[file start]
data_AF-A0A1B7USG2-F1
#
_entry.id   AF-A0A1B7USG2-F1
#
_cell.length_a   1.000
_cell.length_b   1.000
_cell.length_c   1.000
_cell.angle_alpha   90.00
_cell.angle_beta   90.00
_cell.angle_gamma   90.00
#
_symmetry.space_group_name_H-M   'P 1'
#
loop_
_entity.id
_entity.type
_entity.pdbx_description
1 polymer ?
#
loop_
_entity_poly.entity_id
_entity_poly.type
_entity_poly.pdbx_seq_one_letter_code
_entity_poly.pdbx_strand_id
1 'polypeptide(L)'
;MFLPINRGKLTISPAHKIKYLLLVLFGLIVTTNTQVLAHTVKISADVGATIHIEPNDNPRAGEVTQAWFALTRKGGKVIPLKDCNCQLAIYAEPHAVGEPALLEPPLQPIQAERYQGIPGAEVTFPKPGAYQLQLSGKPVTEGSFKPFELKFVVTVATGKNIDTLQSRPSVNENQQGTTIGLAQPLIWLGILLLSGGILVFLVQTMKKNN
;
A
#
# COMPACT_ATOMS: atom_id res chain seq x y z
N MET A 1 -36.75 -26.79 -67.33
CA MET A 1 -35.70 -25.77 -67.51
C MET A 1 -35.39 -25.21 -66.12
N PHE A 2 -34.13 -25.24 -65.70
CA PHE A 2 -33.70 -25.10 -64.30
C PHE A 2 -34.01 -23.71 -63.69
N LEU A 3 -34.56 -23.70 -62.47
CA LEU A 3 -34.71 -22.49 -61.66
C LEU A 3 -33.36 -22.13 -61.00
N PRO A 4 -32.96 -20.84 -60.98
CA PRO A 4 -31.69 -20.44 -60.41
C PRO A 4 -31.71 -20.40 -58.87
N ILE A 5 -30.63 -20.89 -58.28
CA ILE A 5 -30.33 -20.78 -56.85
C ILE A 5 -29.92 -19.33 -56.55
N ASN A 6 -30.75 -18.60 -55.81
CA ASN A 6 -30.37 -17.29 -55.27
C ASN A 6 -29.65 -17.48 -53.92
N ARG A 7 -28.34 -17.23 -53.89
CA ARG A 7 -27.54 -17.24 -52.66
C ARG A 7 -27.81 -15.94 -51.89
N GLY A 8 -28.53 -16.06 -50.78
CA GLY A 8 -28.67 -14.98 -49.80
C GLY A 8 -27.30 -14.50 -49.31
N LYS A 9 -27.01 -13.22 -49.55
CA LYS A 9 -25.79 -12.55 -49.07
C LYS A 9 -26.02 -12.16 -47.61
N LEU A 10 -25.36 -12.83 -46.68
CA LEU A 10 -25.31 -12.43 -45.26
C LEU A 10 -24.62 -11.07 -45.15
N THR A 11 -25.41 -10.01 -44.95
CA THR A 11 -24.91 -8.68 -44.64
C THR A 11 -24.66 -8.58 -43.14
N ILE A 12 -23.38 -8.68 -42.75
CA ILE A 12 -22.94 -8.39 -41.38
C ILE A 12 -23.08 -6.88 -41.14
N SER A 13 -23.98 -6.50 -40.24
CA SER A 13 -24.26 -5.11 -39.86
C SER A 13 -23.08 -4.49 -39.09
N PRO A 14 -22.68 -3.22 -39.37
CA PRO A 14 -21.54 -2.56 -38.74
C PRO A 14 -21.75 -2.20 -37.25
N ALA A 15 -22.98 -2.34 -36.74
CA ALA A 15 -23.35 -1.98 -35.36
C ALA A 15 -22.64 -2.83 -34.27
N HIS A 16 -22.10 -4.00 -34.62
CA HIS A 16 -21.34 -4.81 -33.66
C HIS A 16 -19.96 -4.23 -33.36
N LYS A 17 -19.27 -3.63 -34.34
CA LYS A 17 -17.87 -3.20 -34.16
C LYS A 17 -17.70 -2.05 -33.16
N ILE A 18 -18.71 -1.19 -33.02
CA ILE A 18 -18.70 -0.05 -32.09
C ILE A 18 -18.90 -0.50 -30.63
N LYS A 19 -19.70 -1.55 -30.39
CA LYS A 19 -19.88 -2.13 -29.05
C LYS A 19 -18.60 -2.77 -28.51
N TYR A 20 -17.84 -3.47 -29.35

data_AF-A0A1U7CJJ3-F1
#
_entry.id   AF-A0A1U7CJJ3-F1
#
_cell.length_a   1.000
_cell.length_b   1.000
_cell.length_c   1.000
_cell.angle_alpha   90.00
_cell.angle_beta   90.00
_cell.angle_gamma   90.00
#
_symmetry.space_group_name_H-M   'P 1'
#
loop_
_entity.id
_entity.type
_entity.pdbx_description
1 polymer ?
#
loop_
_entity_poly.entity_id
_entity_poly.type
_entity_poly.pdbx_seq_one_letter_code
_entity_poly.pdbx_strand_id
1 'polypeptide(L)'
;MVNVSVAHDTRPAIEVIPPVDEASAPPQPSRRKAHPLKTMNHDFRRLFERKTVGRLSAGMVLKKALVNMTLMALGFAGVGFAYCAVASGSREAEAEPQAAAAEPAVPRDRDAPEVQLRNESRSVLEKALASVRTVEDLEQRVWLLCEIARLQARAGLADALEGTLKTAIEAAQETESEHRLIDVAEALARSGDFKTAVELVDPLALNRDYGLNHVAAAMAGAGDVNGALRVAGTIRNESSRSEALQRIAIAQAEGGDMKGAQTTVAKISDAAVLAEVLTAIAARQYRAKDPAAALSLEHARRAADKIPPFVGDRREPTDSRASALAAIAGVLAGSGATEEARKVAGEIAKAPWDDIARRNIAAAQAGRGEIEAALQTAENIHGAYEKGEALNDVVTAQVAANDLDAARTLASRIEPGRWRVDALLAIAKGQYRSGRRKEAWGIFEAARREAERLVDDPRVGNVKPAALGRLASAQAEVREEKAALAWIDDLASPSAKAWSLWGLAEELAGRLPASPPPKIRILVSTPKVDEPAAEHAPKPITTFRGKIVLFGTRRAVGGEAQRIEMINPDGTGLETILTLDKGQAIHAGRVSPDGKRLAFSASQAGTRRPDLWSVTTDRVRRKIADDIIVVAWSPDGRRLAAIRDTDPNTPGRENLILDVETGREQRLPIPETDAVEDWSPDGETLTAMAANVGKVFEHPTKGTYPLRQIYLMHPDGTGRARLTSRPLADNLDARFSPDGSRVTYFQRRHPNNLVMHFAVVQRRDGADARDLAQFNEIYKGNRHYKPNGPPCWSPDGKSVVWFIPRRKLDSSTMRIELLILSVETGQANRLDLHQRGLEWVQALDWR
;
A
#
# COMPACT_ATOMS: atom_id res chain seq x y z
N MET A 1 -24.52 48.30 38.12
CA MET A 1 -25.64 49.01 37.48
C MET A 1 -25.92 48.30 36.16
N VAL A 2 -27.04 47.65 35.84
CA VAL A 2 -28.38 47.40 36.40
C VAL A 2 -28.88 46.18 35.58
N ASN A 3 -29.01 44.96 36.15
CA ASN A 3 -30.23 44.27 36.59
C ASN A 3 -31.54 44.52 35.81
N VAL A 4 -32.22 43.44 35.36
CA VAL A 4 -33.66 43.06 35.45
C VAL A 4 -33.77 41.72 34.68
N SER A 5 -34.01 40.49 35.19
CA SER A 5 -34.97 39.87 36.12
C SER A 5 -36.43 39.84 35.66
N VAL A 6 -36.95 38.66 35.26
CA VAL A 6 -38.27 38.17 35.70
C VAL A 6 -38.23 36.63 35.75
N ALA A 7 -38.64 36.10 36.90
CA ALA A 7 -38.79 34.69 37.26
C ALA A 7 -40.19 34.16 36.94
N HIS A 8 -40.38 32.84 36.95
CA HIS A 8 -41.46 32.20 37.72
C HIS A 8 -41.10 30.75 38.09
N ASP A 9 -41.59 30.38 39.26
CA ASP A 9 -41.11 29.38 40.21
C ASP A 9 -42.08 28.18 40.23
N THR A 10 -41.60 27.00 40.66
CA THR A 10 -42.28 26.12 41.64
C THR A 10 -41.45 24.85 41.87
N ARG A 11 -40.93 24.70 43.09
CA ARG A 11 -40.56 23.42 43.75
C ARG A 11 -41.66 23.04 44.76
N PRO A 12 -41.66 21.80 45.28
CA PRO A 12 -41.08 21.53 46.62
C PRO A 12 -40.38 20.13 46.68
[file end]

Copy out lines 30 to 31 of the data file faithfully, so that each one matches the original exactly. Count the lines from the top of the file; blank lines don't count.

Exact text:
# COMPACT_ATOMS: atom_id res chain seq x y z
N MET A 1 -36.75 -26.79 -67.33